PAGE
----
Be Bee Friendly: Budget Gardening Tip

If you’ve been following the news, you’re aware that more than 25% of the U.S. honey bee population has disappeared over the last several winters. This affects many nut, fruits and berry crops – important produce for farmers and food manufacturers, and key ingredients in many of the most popular Häagen-Dazs flavors. The ice cream maker reports that researchers believe causes for the decline in the bee population include:

  • Colony Collapse Disorder (CCD). More than 35 states across the continental United States and in two provinces in Canada, Belgium, and Spain have reported this condition.
  • Varroa Mites – Inadvertently introduced into the United States in 1987, these tiny brown parasites feed exclusively on honey bees.
  • Viruses– Israeli Acute Paralysis Virus (IAPV) is linked with CCD.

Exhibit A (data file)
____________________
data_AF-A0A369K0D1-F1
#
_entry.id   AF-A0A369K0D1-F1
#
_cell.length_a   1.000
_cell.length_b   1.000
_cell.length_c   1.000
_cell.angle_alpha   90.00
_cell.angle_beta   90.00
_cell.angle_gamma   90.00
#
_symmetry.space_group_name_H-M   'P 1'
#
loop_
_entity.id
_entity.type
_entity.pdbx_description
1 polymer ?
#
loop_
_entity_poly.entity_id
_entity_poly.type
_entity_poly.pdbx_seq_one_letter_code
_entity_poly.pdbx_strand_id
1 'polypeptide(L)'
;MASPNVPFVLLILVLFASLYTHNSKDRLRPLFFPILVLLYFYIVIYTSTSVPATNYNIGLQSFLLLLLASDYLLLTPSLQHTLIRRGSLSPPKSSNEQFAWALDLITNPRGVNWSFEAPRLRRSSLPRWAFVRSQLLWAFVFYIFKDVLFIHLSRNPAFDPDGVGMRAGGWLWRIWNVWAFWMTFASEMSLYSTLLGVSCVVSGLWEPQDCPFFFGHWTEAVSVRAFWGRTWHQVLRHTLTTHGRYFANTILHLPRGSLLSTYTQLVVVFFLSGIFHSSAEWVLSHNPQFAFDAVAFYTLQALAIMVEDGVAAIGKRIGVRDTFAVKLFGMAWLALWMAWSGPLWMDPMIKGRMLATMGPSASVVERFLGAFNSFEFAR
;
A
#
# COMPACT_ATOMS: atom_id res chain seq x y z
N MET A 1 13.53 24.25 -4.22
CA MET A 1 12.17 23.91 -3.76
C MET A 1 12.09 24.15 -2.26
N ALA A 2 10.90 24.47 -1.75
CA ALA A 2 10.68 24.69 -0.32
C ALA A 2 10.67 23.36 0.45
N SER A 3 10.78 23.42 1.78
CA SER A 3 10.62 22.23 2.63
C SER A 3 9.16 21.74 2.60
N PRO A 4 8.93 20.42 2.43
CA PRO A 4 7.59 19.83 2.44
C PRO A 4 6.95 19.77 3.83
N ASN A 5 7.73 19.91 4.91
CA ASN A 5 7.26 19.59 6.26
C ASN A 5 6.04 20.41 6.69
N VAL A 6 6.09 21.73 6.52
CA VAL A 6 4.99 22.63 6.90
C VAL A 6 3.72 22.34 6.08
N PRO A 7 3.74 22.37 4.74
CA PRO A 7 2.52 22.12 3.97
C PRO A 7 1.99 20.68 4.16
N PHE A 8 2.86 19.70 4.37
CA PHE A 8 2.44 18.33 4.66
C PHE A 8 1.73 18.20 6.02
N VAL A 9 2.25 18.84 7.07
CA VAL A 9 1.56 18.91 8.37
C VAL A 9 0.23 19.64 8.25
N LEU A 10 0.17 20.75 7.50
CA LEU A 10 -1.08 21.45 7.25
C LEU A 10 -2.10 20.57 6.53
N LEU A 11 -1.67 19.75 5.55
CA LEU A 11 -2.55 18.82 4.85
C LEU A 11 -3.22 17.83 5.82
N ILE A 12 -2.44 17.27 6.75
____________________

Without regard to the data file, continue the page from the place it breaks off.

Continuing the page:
• Chemical Exposure – Tests on pollen in CCD-affected hives show levels of 45 different types of insecticides, fungicides and herbicides.
  • Lack of Nutrition – A limited supply of good pollen and nectar (due to drought) has had an effect on the honey bee population.
  • So what can you as a gardener or concerned citizen do to help the honey bees? First, create a bee-friendly garden with plants that are attractive to honey bees. These include lavender, jasmine, rosemary, violets, thyme, blue bells, wisteria, cone flowers and sunflowers – common perennials and herbs that are easy to grow and add beauty to your garden.

    You can also buy local honey and hive products such as beeswax candles – see the National Honey Board’s Honey Locator to find suppliers near you.

    An even tastier solution is to support Haagen-Dazs by purchasing Vanilla Honey Bee ice cream, profits from which go to fund research to save the bees. Find a store here — and on May 13, you can try a scoop for free at participating Häagen-Dazs shops between 4-8 pm.

    Image courtesy of Häagen-Dazs